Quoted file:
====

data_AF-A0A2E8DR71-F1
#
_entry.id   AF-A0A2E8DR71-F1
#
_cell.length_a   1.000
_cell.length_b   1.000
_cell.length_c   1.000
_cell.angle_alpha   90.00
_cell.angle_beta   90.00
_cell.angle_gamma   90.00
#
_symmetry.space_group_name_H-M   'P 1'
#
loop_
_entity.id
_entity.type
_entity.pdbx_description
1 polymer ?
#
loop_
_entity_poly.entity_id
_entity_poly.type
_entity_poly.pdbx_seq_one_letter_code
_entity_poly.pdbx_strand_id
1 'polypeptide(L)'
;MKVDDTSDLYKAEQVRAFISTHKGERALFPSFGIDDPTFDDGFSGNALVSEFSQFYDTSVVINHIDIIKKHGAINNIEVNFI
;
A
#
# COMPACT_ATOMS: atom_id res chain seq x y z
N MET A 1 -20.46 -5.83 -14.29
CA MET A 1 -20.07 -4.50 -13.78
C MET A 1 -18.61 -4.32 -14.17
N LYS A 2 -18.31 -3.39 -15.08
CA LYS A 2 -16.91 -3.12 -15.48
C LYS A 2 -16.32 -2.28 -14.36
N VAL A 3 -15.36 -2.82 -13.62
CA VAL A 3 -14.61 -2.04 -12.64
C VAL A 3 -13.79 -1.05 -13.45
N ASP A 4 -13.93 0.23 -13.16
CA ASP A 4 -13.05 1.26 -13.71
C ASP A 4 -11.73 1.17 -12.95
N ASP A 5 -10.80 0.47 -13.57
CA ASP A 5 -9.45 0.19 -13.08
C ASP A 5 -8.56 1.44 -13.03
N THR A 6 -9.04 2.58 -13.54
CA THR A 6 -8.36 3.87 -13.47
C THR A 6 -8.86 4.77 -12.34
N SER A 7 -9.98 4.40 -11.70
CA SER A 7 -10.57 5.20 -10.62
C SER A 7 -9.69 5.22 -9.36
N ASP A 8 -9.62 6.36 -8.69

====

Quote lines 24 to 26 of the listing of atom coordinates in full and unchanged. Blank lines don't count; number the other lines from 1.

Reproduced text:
_entity_poly.pdbx_strand_id
1 'polypeptide(L)'
;MKVDDTSDLYKAEQVRAFISTHKGERALFPSFGIDDPTFDDGFSGNALVSEFSQFYDTSVVINHIDIIKKHGAINNIEVNFI